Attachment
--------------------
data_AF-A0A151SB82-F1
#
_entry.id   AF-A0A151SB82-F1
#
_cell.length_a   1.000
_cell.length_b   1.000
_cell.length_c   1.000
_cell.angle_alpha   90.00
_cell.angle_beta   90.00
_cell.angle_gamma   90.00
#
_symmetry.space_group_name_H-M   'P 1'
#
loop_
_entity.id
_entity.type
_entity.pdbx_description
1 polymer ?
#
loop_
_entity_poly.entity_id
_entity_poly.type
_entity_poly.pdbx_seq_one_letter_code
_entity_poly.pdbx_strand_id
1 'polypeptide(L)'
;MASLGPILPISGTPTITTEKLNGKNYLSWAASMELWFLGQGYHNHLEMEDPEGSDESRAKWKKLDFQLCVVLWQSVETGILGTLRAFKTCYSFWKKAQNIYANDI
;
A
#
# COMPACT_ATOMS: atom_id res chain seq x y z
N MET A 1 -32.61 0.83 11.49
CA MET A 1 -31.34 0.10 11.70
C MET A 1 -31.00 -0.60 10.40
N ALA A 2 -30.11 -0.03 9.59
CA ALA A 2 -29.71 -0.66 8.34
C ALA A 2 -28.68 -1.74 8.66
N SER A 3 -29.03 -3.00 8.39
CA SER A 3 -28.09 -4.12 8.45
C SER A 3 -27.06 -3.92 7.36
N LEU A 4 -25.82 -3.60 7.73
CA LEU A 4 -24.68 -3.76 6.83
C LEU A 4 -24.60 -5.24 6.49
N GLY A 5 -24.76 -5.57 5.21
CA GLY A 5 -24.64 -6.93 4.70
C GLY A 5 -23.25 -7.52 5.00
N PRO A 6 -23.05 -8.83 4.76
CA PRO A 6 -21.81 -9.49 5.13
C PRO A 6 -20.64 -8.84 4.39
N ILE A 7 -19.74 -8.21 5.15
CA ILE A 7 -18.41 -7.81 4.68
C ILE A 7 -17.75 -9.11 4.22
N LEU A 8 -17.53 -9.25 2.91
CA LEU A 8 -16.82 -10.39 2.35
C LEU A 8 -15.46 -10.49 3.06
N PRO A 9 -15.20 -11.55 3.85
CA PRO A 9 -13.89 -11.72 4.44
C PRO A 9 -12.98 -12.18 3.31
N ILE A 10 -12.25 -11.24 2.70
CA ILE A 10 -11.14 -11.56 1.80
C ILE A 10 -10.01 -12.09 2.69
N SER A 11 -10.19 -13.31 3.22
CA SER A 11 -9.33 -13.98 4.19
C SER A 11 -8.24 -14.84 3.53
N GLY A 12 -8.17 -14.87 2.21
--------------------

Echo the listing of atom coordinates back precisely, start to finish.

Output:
data_AF-A0A151SB82-F1
#
_entry.id   AF-A0A151SB82-F1
#
_cell.length_a   1.000
_cell.length_b   1.000
_cell.length_c   1.000
_cell.angle_alpha   90.00
_cell.angle_beta   90.00
_cell.angle_gamma   90.00
#
_symmetry.space_group_name_H-M   'P 1'
#
loop_
_entity.id
_entity.type
_entity.pdbx_description
1 polymer ?
#
loop_
_entity_poly.entity_id
_entity_poly.type
_entity_poly.pdbx_seq_one_letter_code
_entity_poly.pdbx_strand_id
1 'polypeptide(L)'
;MASLGPILPISGTPTITTEKLNGKNYLSWAASMELWFLGQGYHNHLEMEDPEGSDESRAKWKKLDFQLCVVLWQSVETGILGTLRAFKTCYSFWKKAQNIYANDI
;
A
#
# COMPACT_ATOMS: atom_id res chain seq x y z
N MET A 1 -32.61 0.83 11.49
CA MET A 1 -31.34 0.10 11.70
C MET A 1 -31.00 -0.60 10.40
N ALA A 2 -30.11 -0.03 9.59
CA ALA A 2 -29.71 -0.66 8.34
C ALA A 2 -28.68 -1.74 8.66
N SER A 3 -29.03 -3.00 8.39
CA SER A 3 -28.09 -4.12 8.45
C SER A 3 -27.06 -3.92 7.36
N LEU A 4 -25.82 -3.60 7.73
CA LEU A 4 -24.68 -3.76 6.83
C LEU A 4 -24.60 -5.24 6.49
N GLY A 5 -24.76 -5.57 5.21
CA GLY A 5 -24.64 -6.93 4.70
C GLY A 5 -23.25 -7.52 5.00
N PRO A 6 -23.05 -8.83 4.76
CA PRO A 6 -21.81 -9.49 5.13
C PRO A 6 -20.64 -8.84 4.39
N ILE A 7 -19.74 -8.21 5.15
CA ILE A 7 -18.41 -7.81 4.68
C ILE A 7 -17.75 -9.11 4.22
N LEU A 8 -17.53 -9.25 2.91
CA LEU A 8 -16.82 -10.39 2.35
C LEU A 8 -15.46 -10.49 3.06
N PRO A 9 -15.20 -11.55 3.85
CA PRO A 9 -13.89 -11.72 4.44
C PRO A 9 -12.98 -12.18 3.31
N ILE A 10 -12.25 -11.24 2.70
CA ILE A 10 -11.14 -11.56 1.80
C ILE A 10 -10.01 -12.09 2.69
N SER A 11 -10.19 -13.31 3.22
CA SER A 11 -9.33 -13.98 4.19
C SER A 11 -8.24 -14.84 3.53
N GLY A 12 -8.17 -14.87 2.21